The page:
The easy answer is 'both', of course. Like every tool we've invented, the Net can be used for good or ill. The extent to which it is ill-used is not its fault, any more than it's a car's fault when someone is run over.
So many people--overwhelmingly older people, say, 45 and up--believe the Internet is a vast shadowy jungle, where monstrous things lurk, ready to tear out your soul and eat it raw. They are right...in part. The "World" part of "World Wide Web" is literally true: the 'Net is much like our Earth, civilized and urbane in many areas, wild and insane in many others.
People young enough to hear the word "mouse" and not think of a rodent have a different view. They're intimately familiar with their own little hamlet on what used to be called the "Information Superhighway"....and familiarity only breeds contentment in their elders. They're bored; they want to explore, and the dark places have an undeniable allure. So they poke and prod, and the more reckless of them are claimed, in one way or another, by the spiders that do lurk in the web.
When the Net was birthing, optimism ran high: here was a tool that could be used to connect people, to facilitate truly global perspectives...ultimately to save humanity from itself. Before this thought had been fully articulated, pornography and worse had taken root--and the soil of the Net is fertile indeed. We all know the majority of Net traffic is connected with smut.
Of course, it's an even bet anything "we all know" is wrong. Lo and behold, according to The Straight Dope, while sex is indeed popular, it ranks well behind music and (surprisingly, to me, at least) travel as a search item.
It's true that hardcore porn is trivially easy to discover online. Before my spam filters evolved into things that actually worked as advertised (I haven't received a single spam email in I can't recall how long), I often used to get such gems as "Suzie And Her Horse" and "Watch Jenna Take It All" delivered unsolicited into my Inbox on a near daily basis.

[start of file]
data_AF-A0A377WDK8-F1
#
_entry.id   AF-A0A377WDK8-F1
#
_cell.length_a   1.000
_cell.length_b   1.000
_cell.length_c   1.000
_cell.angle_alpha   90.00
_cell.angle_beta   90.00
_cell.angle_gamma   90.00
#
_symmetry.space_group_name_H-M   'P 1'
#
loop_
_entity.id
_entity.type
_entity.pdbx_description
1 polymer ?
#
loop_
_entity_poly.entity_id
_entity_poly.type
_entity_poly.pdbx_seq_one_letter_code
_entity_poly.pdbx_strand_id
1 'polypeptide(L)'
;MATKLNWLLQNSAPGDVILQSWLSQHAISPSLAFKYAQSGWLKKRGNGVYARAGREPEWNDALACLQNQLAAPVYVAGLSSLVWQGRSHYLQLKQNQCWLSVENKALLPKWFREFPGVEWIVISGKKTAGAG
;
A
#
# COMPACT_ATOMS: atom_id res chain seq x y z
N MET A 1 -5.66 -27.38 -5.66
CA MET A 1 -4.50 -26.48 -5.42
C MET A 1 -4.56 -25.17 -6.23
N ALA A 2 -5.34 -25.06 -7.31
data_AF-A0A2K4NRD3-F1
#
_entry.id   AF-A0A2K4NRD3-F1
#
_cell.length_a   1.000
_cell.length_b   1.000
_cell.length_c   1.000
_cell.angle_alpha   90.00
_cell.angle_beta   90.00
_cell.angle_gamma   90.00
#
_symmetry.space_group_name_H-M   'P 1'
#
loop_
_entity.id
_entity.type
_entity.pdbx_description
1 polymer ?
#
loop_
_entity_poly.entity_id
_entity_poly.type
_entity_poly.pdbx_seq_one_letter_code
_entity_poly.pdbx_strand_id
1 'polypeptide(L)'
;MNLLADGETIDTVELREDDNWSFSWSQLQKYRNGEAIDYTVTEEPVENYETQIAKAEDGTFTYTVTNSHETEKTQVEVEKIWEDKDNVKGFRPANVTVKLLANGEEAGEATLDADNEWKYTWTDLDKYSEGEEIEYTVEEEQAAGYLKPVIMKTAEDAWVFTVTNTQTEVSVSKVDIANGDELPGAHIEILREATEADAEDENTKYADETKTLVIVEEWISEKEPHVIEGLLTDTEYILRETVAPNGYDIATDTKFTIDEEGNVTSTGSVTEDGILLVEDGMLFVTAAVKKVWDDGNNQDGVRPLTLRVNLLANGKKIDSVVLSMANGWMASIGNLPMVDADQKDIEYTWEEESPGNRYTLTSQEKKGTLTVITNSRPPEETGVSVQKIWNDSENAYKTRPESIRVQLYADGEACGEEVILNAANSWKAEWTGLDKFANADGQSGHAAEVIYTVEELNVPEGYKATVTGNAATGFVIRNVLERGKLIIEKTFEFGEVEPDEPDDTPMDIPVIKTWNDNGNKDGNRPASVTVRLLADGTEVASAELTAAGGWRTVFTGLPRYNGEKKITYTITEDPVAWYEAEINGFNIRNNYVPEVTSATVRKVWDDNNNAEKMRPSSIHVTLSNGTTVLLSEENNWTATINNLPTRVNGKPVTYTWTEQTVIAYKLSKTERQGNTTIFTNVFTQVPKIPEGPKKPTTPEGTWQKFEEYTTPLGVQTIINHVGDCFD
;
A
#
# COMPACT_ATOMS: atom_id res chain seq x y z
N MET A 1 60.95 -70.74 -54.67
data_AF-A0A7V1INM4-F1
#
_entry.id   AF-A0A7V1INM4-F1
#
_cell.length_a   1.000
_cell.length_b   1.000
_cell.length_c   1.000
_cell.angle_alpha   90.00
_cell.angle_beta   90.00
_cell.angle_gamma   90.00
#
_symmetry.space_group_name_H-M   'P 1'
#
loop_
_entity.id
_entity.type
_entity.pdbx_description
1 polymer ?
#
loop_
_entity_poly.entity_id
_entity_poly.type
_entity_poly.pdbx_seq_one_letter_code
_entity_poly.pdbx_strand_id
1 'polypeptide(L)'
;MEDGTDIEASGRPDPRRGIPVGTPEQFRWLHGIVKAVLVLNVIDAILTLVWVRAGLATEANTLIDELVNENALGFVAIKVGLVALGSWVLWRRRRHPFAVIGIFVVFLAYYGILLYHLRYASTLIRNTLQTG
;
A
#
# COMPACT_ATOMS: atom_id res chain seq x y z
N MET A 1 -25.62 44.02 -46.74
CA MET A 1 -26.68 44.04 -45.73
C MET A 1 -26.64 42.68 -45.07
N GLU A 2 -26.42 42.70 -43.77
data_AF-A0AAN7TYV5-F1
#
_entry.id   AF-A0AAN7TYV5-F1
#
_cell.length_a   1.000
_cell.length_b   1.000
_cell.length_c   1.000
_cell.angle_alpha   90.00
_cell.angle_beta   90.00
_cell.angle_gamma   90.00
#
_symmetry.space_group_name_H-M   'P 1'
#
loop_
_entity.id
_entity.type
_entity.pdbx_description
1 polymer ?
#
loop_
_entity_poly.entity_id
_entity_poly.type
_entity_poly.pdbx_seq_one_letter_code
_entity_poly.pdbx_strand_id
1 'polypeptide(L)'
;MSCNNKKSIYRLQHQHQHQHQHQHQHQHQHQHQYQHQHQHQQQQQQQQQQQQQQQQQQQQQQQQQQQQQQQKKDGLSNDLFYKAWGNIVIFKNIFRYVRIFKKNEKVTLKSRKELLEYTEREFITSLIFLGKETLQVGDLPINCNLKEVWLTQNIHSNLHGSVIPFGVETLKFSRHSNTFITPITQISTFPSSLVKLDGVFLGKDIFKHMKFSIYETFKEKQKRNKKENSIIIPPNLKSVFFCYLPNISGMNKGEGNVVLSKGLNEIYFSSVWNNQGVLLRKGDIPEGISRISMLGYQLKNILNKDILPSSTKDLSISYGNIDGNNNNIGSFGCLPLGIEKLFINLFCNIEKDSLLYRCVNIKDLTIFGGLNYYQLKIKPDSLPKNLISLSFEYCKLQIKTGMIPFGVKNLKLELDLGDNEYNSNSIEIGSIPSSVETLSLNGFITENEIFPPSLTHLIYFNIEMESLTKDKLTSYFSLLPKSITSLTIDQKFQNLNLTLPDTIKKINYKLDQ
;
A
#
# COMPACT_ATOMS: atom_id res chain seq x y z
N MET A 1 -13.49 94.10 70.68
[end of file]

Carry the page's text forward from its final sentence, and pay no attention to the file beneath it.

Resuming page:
But then, it's trivially easy to find just about anything online: old friends, new friends, job opportunities...if you're inclined towards skullsweat, you can mine the minds of millions and come away with the equivalent of a Master's degree in nearly any field you can imagine, all for the cheap-and-ever-falling price of a high-speed connection.
It's often asserted that, as teen culture continues to migrate online, attention spans are rapidly shrinking. An article in today's Globe and Mail notes that although teenage television time is decreasing (like that's a bad thing?), the few dramas still watched include Lost and 24, both of which feature long and complex story arcs, proving that youth are willing to pay close attention under certain circumstances. Teenagers I know think nothing of carrying on six or more online conversations simultaneously, a juggling act I, frankly, envy, even as I find myself questioning the point of it all.
For every child predator emboldened by anonymity and easy access, there are many nice, natural, normal people who met online and are now in nice, natural, normal relationships. Much is made of the possibility of deception, especially concerning one's physical appearance: but as technology evolves into permitting online video and audio conversation in real time, this is rapidly becoming a moot point...in the process arguably eliminating the appeal of an online relationship for people like my younger self, who lacked self-confidence and had to win people with words alone.
For every al-Qaeda cell recruiting online, there are organizations like Humanity's Teamdoing the same, trying to foment peace and understanding. You say you can go online and get a step-by-step tutorial on how to make a pipe bomb? You can do the same in any library--and more to the point, you'll only find out how to make a pipe bomb if that's something you were interested in doing in the first place.
Culture, and the Internet so integral to it, is simply evolving. It's natural for many people to regard evolution as frightening, since it forces contemplation of unknown futures. But no matter how far or how fast the Internet evolves, it's important to remember: even though it has its sharp edges (or perhaps because it does), the 'Net is merely a tool.